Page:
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5:2 Diet 'Rules' & Variations

26 posts Page 2 of 2
My diet is pretty much meat, eggs, dairy, veg and salad, and I've never felt better. I have the odd refined carb, such as a slice of cake at a friends this morning, but otherwise stick to the stuff above, and really enjoy my food.
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When I was in my dietetics program in college (150 years ago), one of the things we learned in nutritional biochem was that the body does need complex carbs in addition to the soluble & insoluble fiber of veggies & fruit. Whole grains provide B vitamins, glucose necessary for brain function & magnesium, potassium & other vitamins needed for optimum nutrition. NO carbs, would put you into ketosis, where your body breaks down its own muscle to survive causing potential kidney damage, cardiovascular muscle loss & liver stress. So, there is some need for whole grains in limited amounts. Any diet that completely cuts out an entire food group is not sustainable in the long term. That said, as a type 2 diabetic, I am getting used to no refined sugars, white flours & white rice, but on my "nourishment" days, I do enjoy small portions of whole grain breads or pasta, brown rice, quinoa or other whole grains - a Mediterranean approach. I know this is not necessarily the popular viewpoint on the forum, but I felt it was important to express an alternate viewpoint. Everyone will find what works best for them, but what ultimately attracted me to this WoE was the flexibility, lack of deprivation & balance I've found. I guess my most important lesson is to not make this another obsession fueled failure, because I've had too many of those to count.
[quote="I am getting used to no refined sugars, white flours & white rice, but on my "nourishment" days, I do enjoy small portions of whole grain breads or pasta, brown rice, quinoa or other whole grains - a Mediterranean approach. I know this is not necessarily the popular viewpoint on the forum, but I felt it was important to express an alternate viewpoint. Everyone will find what works best for them, but what ultimately attracted me to this WoE was the flexibility, lack of deprivation & balance I've found. I guess my most important lesson is to not make this another obsession fueled failure, because I've had too many of those to count.[/quote]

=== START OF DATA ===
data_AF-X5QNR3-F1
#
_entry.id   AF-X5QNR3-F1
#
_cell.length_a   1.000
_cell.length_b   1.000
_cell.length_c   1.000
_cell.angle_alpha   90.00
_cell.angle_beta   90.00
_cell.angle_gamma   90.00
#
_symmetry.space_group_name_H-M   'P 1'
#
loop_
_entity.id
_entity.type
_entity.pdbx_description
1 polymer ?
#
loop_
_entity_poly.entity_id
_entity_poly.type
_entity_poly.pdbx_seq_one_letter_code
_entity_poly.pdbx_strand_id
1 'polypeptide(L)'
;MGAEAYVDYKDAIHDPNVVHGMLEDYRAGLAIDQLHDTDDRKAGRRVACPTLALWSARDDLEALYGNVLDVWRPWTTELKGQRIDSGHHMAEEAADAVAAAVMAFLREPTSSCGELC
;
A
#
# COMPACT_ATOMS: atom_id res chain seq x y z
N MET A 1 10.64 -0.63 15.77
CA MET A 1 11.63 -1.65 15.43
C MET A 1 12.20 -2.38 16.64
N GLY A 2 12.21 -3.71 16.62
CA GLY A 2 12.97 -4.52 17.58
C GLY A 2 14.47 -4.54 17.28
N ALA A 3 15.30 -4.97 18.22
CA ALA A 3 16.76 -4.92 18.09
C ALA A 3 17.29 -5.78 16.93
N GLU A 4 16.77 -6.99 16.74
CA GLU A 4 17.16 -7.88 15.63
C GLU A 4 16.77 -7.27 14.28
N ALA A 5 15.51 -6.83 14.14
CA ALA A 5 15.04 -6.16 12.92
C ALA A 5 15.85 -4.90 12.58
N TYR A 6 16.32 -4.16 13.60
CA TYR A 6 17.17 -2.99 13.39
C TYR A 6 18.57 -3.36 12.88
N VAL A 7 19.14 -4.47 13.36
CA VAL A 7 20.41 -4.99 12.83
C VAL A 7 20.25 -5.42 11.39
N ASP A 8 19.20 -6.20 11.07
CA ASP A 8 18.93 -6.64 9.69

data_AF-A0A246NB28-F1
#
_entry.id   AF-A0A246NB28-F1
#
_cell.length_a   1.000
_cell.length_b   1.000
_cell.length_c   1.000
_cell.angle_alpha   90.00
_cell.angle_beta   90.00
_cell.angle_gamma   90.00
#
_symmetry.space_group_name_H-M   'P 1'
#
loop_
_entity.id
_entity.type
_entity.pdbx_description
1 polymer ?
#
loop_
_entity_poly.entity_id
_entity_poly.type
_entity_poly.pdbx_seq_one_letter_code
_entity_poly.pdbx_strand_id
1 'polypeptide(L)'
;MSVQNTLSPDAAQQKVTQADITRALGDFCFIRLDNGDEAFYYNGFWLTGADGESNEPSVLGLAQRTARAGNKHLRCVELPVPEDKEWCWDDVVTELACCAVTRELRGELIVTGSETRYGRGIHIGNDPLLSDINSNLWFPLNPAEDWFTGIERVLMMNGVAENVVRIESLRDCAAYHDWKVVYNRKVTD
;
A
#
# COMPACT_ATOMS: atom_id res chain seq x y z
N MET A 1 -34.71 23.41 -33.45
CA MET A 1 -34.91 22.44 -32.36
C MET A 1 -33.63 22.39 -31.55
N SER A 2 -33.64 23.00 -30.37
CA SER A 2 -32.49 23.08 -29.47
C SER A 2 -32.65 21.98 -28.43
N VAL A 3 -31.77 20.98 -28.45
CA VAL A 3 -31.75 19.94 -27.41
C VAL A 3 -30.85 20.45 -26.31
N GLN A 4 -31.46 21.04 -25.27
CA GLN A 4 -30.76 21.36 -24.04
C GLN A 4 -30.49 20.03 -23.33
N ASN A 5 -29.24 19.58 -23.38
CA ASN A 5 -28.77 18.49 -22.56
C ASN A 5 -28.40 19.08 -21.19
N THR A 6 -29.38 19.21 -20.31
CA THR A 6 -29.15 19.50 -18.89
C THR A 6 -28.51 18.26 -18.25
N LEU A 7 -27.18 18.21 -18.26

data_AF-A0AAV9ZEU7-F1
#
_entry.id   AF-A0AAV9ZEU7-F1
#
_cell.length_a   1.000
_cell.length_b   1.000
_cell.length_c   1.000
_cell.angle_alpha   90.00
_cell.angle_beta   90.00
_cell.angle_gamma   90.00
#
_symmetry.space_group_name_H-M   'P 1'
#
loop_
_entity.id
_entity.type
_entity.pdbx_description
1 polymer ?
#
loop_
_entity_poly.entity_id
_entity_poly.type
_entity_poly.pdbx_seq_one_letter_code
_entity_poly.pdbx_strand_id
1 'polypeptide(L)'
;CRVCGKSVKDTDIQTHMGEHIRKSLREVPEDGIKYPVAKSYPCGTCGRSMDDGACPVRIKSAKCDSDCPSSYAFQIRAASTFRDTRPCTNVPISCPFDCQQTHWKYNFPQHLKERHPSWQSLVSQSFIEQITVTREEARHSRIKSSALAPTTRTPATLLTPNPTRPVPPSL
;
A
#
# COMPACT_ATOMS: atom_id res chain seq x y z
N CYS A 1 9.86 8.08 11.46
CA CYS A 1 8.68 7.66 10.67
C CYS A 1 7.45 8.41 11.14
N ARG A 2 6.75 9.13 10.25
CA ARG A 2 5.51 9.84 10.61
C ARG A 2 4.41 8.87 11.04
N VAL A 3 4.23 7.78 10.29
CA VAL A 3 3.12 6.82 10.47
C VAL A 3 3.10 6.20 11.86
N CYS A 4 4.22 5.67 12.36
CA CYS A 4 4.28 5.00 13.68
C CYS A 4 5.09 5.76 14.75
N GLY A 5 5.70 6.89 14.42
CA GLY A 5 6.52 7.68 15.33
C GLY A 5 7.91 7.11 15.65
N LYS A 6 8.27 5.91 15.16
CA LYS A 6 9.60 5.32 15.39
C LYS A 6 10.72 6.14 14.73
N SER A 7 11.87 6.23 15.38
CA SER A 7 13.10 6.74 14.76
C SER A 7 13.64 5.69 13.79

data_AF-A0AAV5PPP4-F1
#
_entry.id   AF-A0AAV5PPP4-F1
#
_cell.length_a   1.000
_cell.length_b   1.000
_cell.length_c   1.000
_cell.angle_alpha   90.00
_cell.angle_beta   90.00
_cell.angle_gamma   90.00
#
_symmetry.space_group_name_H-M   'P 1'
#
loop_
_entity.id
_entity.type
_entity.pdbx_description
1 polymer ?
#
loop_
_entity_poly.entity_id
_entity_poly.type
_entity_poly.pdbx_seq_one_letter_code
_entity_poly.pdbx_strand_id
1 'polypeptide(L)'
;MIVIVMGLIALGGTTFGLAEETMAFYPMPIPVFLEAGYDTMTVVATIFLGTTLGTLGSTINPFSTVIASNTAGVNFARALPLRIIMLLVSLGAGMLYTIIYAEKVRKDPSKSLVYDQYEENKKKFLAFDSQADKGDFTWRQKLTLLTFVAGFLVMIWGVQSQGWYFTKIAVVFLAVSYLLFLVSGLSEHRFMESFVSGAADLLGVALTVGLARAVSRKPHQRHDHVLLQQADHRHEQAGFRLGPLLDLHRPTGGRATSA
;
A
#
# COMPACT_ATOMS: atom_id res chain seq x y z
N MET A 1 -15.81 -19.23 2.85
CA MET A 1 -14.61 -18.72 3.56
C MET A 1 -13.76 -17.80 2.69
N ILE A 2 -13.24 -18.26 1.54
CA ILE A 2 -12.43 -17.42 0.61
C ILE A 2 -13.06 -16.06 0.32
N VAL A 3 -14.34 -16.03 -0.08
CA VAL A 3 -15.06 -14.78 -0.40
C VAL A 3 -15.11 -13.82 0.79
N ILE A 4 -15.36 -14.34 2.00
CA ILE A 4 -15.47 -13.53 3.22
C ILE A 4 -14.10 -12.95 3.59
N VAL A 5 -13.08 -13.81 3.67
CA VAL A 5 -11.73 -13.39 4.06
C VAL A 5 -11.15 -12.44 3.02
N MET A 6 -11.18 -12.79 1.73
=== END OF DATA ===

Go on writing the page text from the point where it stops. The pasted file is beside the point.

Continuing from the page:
I couldn't agree with you more - I used to eat FAR more carbs than now and like some on here I find I don't feel great if I have more of the grain type carbs (was on holiday last week and ate less low carb than usual ie some bread) and my tummy was upset most of the week and only now is it getting back to normal (on my usual diet of lean protein, loads of veggies and good fats). BUT I (personally) don't want not to eat carbs at all - I have cut out the refined sort and I feel good but I don't feel the need to put myself into ketosis either. Horses for courses I say and I don't subscribe to the 'all carbs are evil' theory. I think over indulgence in refined carbs and sugar is what is making a lot of the world too fat, but what's wrong with eating fruit and veg (all of which have carbs in) because they have other nutrients in them. But that's just my point of view!
Sue.Q wrote: :heart: I've reduced my intake of carbs and my cravings are also reduced veggies are carbs but and I do use all veg + salads to bulk up every meal I now eat.
So you're unlikely to do a day with no carbs and what you're proposing seems fine to me maybe @rawkaren or @FatDog will pop in to tell you differently because I'm a novice at this LCHF enter the experts. :heart: :heart: